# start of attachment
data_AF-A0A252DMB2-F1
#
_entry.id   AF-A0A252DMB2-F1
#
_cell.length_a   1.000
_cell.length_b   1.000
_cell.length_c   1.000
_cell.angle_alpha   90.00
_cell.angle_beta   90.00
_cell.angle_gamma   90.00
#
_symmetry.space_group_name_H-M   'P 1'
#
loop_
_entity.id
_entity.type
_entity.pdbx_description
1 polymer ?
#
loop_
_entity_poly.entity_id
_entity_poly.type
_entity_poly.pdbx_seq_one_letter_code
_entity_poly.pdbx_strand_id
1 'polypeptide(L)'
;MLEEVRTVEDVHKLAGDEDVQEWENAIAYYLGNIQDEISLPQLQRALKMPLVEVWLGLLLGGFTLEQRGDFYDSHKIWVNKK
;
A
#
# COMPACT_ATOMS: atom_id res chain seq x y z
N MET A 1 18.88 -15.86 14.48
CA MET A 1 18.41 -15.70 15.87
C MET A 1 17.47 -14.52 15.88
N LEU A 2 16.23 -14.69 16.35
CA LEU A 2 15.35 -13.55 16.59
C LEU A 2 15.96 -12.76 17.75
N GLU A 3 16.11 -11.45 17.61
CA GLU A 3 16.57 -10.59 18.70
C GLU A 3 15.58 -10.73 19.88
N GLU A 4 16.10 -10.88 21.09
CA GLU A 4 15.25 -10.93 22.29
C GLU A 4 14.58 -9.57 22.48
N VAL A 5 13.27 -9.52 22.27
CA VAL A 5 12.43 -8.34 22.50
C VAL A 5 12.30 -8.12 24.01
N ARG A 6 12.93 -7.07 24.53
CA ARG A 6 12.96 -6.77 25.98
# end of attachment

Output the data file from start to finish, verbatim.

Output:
data_AF-A0A252DMB2-F1
#
_entry.id   AF-A0A252DMB2-F1
#
_cell.length_a   1.000
_cell.length_b   1.000
_cell.length_c   1.000
_cell.angle_alpha   90.00
_cell.angle_beta   90.00
_cell.angle_gamma   90.00
#
_symmetry.space_group_name_H-M   'P 1'
#
loop_
_entity.id
_entity.type
_entity.pdbx_description
1 polymer ?
#
loop_
_entity_poly.entity_id
_entity_poly.type
_entity_poly.pdbx_seq_one_letter_code
_entity_poly.pdbx_strand_id
1 'polypeptide(L)'
;MLEEVRTVEDVHKLAGDEDVQEWENAIAYYLGNIQDEISLPQLQRALKMPLVEVWLGLLLGGFTLEQRGDFYDSHKIWVNKK
;
A
#
# COMPACT_ATOMS: atom_id res chain seq x y z
N MET A 1 18.88 -15.86 14.48
CA MET A 1 18.41 -15.70 15.87
C MET A 1 17.47 -14.52 15.88
N LEU A 2 16.23 -14.69 16.35
CA LEU A 2 15.35 -13.55 16.59
C LEU A 2 15.96 -12.76 17.75
N GLU A 3 16.11 -11.45 17.61
CA GLU A 3 16.57 -10.59 18.70
C GLU A 3 15.58 -10.73 19.88
N GLU A 4 16.10 -10.88 21.09
CA GLU A 4 15.25 -10.93 22.29
C GLU A 4 14.58 -9.57 22.48
N VAL A 5 13.27 -9.52 22.27
CA VAL A 5 12.43 -8.34 22.50
C VAL A 5 12.30 -8.12 24.01
N ARG A 6 12.93 -7.07 24.53
CA ARG A 6 12.96 -6.77 25.98